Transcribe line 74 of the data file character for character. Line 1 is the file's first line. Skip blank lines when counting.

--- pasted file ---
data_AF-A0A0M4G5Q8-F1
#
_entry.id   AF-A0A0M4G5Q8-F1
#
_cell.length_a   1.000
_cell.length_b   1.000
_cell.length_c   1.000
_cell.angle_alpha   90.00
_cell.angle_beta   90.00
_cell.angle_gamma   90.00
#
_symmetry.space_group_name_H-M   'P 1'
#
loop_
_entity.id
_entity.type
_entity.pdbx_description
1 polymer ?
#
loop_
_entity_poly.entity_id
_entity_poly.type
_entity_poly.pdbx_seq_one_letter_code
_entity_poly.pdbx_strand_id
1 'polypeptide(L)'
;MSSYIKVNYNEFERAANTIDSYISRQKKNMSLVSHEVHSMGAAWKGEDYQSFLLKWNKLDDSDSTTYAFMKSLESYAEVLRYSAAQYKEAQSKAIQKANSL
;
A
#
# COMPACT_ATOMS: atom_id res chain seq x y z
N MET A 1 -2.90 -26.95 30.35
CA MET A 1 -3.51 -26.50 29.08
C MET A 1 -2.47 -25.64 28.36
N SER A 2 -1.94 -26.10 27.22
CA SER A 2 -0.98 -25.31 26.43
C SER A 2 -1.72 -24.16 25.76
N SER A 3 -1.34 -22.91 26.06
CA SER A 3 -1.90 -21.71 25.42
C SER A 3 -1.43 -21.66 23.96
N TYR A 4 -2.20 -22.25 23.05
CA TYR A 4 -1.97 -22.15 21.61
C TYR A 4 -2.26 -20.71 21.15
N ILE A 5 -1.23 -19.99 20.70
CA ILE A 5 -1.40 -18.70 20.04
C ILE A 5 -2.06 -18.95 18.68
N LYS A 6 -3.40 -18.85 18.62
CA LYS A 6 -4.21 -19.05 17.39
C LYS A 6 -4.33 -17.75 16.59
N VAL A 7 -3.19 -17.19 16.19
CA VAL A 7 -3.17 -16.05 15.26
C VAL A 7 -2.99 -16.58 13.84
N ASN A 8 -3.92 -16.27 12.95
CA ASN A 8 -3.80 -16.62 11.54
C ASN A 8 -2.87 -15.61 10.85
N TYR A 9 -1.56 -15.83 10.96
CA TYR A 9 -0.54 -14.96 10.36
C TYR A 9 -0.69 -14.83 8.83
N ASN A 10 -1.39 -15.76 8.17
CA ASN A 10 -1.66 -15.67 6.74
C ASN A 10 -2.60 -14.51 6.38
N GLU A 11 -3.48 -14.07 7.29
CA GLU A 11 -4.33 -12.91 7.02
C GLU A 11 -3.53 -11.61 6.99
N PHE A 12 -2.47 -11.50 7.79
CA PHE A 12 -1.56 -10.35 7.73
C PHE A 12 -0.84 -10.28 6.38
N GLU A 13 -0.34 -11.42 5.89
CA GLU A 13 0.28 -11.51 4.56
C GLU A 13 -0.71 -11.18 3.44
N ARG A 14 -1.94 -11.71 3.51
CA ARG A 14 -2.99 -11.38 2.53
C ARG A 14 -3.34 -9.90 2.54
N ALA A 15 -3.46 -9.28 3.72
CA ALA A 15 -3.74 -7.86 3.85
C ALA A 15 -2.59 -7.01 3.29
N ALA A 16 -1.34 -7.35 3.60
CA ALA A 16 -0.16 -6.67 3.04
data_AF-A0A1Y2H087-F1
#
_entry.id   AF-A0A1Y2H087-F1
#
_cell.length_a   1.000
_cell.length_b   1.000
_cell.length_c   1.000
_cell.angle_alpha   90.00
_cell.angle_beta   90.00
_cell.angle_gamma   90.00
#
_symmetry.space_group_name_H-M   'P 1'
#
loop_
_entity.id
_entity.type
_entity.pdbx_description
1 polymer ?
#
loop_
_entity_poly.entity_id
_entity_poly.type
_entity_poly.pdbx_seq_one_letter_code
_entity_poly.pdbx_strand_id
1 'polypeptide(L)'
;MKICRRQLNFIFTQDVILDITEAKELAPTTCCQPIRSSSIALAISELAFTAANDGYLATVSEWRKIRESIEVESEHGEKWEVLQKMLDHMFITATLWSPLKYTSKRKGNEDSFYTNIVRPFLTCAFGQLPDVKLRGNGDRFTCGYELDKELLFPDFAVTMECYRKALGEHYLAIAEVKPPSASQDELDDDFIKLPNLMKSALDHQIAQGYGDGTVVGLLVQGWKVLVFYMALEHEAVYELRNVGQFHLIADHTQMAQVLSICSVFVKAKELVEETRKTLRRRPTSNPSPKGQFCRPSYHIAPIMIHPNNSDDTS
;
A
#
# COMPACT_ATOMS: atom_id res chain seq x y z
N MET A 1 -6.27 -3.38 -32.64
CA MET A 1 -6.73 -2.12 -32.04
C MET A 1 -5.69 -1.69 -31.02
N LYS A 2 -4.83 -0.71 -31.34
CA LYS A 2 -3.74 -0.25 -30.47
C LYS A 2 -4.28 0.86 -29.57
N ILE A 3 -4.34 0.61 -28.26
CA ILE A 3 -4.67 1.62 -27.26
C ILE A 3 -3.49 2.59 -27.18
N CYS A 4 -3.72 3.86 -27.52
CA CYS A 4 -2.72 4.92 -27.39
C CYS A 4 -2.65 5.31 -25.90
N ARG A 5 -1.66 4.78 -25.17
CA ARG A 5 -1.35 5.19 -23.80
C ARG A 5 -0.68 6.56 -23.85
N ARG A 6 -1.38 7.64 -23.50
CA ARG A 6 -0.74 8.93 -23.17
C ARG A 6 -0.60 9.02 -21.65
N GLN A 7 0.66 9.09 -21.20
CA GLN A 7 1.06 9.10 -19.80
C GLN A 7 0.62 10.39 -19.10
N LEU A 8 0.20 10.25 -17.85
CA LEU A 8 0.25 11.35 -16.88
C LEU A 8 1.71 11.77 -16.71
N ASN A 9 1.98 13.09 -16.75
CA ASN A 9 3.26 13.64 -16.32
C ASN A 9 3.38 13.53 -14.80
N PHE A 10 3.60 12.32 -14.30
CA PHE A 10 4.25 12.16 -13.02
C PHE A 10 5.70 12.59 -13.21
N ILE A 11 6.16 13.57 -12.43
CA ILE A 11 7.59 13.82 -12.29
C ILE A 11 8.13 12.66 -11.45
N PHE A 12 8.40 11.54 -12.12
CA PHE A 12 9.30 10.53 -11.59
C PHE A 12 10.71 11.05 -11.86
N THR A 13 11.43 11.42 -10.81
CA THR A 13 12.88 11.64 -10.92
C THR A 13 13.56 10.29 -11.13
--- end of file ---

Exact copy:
CA ALA A 15 -3.74 -7.86 3.85